Monday, 9 April 2012

Form 4 and Form 5 Poem Analysis

In the Midst of Hardship by Latiff Mohidin

Latiff was born in 1941. He is Malaysia's most celebrated living artist and poet and is considered a national treasure. Called 'Boy Wonder' since age 11, he got his art training in Germany at Hochschule fur Bildende Kunste, Atelier La Courriere in France and Pratt Graphic Centre in America. He shaped the development of art practice and literature through his extraordinary vision.

Poem analysis

In the Midst of Hardship by Latiff Mohidin

At dawn they returned home
their soaky clothes torn
and approached the stove
their limbs marked by scratches
their legs full of wounds
but on their brows
there was not a sign of despair

The first stanza tells us about the condition of the people returning home as they were out in the flood. They returned home starving as they approached the stove, mentioned in the third line. Though their condition is quite bad with scratches and wounds, yet they do not show any sign of hopeless or worried.
The whole day and night just passed
they had to brave the horrendous flood
in the water all the time
between bloated carcasses
and tiny chips of tree barks
desperately looking for their son’s
albino buffalo that was never found

The second stanza explains to us how they faced the terrible flood together. Surrounded by dead animals and parts of trees that had been destroyed, they failed in searching for their son’s albino buffalo.
They were born amidst hardship
and grew up without a sigh or a complaint
now they are in the kitchen, making
jokes while rolling their ciggarete leaves

Although these people were born in poverty and hardship but they do not complain about their lives. Instead, they are enjoying their lives happily among each other.

1.Torn /teər/ to pull or be pulled apart, or to pull pieces off
2. Stove  /stəʊv/ a piece of equipment which burns fuel or uses electricity in order to heat a place
3. Limbs /lɪm/ an arm or leg of a person or animal, or a large branch of a tree
4. Wounds /wuːnd/ a damaged area of the body, such as a cut or hole in the skin or flesh made by a weapon
5. Despair /dɪˈspeər /he feeling that there is no hope and that you can do nothing to improve a difficult or worrying situation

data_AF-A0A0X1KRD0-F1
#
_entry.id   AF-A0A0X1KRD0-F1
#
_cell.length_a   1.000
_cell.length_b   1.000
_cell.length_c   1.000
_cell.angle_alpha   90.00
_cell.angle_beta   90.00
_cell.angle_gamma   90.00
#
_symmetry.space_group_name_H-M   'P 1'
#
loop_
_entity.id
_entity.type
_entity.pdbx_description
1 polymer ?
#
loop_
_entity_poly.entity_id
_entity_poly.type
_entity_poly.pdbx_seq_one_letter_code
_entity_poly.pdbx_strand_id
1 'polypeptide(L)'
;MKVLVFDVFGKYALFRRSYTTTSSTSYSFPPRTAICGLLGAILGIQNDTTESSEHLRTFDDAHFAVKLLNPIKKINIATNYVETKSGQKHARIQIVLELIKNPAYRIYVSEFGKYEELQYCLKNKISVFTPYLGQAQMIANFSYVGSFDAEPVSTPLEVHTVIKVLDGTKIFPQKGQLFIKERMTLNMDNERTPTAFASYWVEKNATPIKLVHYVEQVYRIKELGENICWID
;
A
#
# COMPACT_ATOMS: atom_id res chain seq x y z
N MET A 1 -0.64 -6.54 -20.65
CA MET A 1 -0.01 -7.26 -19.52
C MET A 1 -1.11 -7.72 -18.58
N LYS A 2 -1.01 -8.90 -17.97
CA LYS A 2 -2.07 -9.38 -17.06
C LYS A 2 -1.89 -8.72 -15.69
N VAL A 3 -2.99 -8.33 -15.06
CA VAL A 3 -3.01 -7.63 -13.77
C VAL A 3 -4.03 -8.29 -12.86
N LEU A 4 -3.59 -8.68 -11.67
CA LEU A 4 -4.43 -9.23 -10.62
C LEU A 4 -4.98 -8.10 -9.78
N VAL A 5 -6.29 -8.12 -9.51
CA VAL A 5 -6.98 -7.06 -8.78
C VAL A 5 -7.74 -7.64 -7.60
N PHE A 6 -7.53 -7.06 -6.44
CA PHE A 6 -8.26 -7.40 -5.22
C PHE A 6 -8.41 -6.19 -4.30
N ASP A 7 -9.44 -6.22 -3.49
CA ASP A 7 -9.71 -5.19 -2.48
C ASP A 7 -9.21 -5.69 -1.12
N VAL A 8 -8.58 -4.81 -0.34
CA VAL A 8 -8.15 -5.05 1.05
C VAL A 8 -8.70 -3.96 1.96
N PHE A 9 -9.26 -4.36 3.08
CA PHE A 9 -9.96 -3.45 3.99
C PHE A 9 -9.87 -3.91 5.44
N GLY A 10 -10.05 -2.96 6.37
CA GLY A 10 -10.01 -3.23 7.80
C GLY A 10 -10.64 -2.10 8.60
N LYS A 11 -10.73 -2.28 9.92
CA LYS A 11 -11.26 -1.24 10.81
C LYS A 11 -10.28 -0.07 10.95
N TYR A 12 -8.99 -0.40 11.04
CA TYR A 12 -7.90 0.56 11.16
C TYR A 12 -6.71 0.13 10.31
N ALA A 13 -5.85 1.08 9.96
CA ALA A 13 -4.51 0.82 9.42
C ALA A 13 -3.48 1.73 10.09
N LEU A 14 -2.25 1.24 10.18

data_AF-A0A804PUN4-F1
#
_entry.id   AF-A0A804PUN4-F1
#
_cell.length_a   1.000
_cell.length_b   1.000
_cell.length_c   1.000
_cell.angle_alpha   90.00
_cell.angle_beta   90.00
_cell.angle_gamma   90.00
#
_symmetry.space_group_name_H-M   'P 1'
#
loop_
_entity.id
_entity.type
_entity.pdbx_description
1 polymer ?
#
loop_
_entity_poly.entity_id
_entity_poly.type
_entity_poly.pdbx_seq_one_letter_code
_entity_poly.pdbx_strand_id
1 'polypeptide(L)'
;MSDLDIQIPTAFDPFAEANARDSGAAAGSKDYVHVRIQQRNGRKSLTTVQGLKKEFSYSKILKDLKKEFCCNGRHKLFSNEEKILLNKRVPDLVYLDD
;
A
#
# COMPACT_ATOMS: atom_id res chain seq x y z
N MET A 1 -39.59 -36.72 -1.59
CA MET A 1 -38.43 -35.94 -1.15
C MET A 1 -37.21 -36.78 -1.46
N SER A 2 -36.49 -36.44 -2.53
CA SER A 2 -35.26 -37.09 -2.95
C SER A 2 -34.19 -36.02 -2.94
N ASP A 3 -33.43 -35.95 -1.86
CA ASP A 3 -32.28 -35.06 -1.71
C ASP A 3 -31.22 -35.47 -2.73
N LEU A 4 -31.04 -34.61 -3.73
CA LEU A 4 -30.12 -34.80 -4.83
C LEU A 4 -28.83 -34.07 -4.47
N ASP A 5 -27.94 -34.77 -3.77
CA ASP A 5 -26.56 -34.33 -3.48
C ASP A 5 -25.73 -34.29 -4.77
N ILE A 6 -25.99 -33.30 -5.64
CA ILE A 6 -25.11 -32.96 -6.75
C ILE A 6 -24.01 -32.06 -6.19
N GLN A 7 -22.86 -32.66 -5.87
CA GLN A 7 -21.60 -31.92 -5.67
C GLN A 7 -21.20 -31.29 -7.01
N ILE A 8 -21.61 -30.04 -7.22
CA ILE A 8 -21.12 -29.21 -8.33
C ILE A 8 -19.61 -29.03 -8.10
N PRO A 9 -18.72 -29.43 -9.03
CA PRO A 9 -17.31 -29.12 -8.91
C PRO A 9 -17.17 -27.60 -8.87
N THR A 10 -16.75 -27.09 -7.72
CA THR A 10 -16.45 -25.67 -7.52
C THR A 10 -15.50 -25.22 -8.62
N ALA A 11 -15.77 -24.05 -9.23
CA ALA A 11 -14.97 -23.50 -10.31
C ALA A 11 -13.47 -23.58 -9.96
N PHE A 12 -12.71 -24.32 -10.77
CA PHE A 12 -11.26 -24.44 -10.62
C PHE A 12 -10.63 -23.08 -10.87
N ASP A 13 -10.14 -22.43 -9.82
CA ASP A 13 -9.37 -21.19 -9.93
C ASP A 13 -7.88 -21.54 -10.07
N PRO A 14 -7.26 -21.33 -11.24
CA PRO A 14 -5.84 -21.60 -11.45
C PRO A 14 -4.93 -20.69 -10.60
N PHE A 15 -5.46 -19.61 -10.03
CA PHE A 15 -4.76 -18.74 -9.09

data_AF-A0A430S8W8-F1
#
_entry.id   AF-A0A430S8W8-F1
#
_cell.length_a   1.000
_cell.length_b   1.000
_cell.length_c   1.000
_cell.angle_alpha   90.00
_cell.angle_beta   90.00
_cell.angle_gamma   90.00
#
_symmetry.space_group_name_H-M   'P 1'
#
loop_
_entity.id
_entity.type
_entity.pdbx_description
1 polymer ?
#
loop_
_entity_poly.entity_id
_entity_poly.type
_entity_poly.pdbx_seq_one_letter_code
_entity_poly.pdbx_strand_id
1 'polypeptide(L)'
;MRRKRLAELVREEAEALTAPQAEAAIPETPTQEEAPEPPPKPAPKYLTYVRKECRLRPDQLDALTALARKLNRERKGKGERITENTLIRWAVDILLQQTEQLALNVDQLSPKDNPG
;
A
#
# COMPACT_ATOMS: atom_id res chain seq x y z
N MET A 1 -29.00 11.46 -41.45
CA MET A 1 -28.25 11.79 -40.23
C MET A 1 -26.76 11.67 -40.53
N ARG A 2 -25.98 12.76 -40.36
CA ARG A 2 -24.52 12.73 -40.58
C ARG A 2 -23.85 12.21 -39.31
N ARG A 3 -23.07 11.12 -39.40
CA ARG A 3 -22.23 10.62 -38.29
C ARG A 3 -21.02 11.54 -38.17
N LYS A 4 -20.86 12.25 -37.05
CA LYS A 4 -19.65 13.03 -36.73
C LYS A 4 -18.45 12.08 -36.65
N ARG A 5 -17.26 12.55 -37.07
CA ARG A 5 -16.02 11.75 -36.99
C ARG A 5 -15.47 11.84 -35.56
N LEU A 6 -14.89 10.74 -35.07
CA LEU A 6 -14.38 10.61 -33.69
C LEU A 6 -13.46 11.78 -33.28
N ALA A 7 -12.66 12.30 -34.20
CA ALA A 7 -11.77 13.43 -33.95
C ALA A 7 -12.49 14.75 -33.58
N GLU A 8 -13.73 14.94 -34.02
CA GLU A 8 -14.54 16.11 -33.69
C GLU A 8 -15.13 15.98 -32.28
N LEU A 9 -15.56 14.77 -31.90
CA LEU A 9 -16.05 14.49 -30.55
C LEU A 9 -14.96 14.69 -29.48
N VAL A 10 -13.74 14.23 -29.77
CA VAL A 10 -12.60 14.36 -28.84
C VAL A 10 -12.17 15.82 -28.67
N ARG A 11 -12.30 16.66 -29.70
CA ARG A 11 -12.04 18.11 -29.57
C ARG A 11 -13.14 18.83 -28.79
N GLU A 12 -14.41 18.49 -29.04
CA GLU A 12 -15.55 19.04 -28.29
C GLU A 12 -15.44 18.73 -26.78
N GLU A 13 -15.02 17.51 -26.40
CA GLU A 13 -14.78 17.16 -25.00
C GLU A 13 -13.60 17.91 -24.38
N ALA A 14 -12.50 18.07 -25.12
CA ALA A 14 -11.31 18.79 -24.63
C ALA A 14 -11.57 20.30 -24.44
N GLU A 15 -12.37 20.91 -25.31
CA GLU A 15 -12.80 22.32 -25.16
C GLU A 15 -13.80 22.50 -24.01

6. Horrendous/həˈren.dəs/extremely unpleasant or bad
7. Bloated/ˈbləʊ.tɪd/swollen and rounded because of containing too much air, liquid or food
8. Carcasses/ˈkɑː.kəs/the body of a dead animal, especially a large one that is soon to be cut up as meat or eaten by wild animals
9. Amidst/əˈmɪd/in the middle of or surrounded by; among
10. Sigh/saɪ/to breathe out slowly and noisily, expressing tiredness, sadness, pleasure, etc.
 11. Complaint/kəmˈpleɪnt/when someone says that something is wrong or not satisfactory
Midst/mɪdst/the middle of a group of people or things

He Had Such Quiet Eyes by Bibsy Soenharjo

Bibsy Soenharjo was born in Jakarta on 22 November 1928. Her father was one of the founding fathers of the Republic of Indonesia. Bibsy began writing her first prose in 1957 and then poetry in the sixties. Her poems have appeared in bilingual anthologies, with her Indonesian works translated into English, Dutch and Japanese and her English poems into Indonesian and Dutch. Bibsy continued to write prose pieces in Indonesian that appeared in Jakarta dailies under the pen name Nusapati. She now lives in Jakarta with the youngest of her three sons, Haryo, his wife Sutji and their children.

Poem analysis

He Had Such Quite Eyes by Bibsy Soenharjo

He had such quiet eyes
She did not realise
They were two pools of lies
Layered with thinnest ice
To her, those quiet eyes
Were breathing desolate sighs
Imploring her to be nice
And to render him paradise